Investing

Artificial Intelligence (AI) Ramps Up Ethical Investing

Investing with a conscience just got a whole lot easier: AI has entered the scene. As it is, ESG (Environmental, Social and Governance) investing grew to $30 trillion in 2018, and looks to reach a staggering $50 trillion over the next two decades. For investors who want to invest with a conscience, it might not require poring over financial indicators and fund fact sheets for hours. AI has already made a substantial difference in our daily lives, so the transition to investing should be fairly simple.

Data Mining Is a Start

One of the fastest ways to have as many options as possible in terms of ESG investment opportunities is by separating them from organizations that don’t necessarily meet the targets. This can be a tedious process, and while there are listings available, there is still much room for error. Data mining is an important component of using AI to select investments. It’s not enough simply to know which companies make the grade. Investors will also need to know whether the funds are performing and whether it’s worth their while investing. This is where AI plays a big role, as it will need to take the relevant information from unstructured data. Investors can set the filters or parameters to what they prefer, and the AI can do the rest.

Setting Indicators for Specific Industries

“Voting with your dollar” is the mantra of those who are socially and environmentally conscious. While this largely refers to purchasing power, it also trickles through to investments. An investor who wants to see ethical changes in the fashion industry, for instance, can choose an algorithm that specifically targets textiles and other fashion-related industries. It can also be programmed to find investment opportunities that exclude certain industries, such as those that the investor may not deem socially responsible.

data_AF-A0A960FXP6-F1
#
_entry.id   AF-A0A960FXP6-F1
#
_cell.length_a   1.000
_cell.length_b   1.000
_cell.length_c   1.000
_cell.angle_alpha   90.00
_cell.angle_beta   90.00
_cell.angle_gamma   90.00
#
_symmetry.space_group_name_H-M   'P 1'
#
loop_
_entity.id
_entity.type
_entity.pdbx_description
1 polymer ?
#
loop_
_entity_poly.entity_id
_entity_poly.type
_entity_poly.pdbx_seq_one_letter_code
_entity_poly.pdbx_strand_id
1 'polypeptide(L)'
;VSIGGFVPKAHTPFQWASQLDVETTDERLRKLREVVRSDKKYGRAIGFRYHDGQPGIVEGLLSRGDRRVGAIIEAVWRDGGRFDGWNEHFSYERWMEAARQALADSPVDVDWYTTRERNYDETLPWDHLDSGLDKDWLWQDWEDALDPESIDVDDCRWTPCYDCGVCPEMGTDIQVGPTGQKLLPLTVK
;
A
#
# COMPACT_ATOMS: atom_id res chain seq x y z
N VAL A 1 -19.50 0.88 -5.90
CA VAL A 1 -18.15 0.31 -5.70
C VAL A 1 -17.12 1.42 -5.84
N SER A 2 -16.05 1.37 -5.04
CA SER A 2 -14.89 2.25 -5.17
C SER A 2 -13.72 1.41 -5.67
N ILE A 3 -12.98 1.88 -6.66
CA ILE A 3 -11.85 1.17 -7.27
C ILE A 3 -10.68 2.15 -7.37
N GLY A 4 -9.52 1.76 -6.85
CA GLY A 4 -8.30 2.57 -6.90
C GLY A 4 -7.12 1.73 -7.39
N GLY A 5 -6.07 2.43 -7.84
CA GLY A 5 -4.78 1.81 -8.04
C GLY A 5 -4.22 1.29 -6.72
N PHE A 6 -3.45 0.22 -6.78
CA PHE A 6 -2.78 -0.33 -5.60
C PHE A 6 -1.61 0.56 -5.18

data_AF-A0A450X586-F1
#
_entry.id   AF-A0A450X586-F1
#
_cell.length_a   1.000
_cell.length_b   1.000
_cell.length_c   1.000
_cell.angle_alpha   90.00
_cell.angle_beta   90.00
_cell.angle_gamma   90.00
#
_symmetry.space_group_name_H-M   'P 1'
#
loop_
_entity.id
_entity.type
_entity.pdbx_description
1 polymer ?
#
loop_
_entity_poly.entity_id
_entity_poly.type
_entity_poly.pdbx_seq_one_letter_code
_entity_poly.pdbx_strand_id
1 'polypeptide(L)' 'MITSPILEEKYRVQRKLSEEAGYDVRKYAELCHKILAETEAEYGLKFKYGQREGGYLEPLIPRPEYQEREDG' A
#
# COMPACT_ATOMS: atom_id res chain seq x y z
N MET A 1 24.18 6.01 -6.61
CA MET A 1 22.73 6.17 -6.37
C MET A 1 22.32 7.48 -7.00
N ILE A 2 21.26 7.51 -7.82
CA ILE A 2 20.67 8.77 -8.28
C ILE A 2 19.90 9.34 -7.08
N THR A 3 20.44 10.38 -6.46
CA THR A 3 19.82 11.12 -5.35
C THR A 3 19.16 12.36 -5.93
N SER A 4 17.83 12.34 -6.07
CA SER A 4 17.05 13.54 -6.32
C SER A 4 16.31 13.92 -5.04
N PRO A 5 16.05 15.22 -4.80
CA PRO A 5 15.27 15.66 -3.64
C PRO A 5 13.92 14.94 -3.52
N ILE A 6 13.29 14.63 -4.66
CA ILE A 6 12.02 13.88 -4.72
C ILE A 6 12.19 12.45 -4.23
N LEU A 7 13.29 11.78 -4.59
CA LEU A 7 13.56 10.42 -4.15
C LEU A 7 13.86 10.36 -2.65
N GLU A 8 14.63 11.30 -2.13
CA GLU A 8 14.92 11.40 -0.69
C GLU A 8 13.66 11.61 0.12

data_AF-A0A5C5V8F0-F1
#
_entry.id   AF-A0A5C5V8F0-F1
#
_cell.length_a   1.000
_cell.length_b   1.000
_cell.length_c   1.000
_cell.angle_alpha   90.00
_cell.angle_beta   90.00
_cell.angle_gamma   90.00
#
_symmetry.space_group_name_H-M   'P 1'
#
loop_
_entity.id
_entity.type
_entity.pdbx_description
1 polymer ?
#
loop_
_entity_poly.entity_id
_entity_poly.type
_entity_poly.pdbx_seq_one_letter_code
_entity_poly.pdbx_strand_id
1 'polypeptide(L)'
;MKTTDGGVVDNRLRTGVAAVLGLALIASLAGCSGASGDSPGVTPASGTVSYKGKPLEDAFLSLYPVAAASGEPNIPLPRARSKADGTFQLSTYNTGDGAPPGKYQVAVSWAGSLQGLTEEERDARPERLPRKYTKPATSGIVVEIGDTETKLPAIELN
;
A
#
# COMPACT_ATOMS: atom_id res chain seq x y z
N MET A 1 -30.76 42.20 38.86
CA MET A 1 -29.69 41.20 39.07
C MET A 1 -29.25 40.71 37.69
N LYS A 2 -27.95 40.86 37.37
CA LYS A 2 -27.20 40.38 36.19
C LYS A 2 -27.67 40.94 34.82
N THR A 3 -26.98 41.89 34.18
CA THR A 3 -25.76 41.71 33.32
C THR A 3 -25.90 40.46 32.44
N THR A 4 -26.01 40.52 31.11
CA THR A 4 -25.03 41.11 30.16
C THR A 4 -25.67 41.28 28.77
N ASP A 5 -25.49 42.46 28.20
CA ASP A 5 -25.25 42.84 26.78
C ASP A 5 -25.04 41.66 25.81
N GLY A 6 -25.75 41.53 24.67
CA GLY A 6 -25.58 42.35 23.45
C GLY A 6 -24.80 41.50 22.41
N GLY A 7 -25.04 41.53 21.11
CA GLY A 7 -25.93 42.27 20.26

Industries that tend to fall into these categories include guns and ammunition, gambling, liquor and tobacco. For an investor to narrow down the industries that they’re comfortable with supporting, they would need to know where they stand on certain issues and events. The investment categories can also be grouped together with unique algorithm tags, such as black-owned businesses or those that support certain civil rights movements, which allow investors to support causes while still earning a return.

Bridging the Gap

While AI is changing the way we invest, fund managers and portfolio specialists will still need to oversee the process. This is because AI is not yet at that level where we can give it free rein to invest in ESG companies. This is because an algorithm might say no to a manufacturer based on their product, but the same product might be intended for lifetime use, and can easily be incorporated in other areas of the consumer’s home once it’s intended purpose is finished or no longer viable. A portfolio specialist will be able to ask the questions the AI wouldn’t know how to.

Investing is one way we can change the world to incorporate better environment, social and governance policies. While we can’t rely on AI to do all the work for us, it’s already heading in the right direction.

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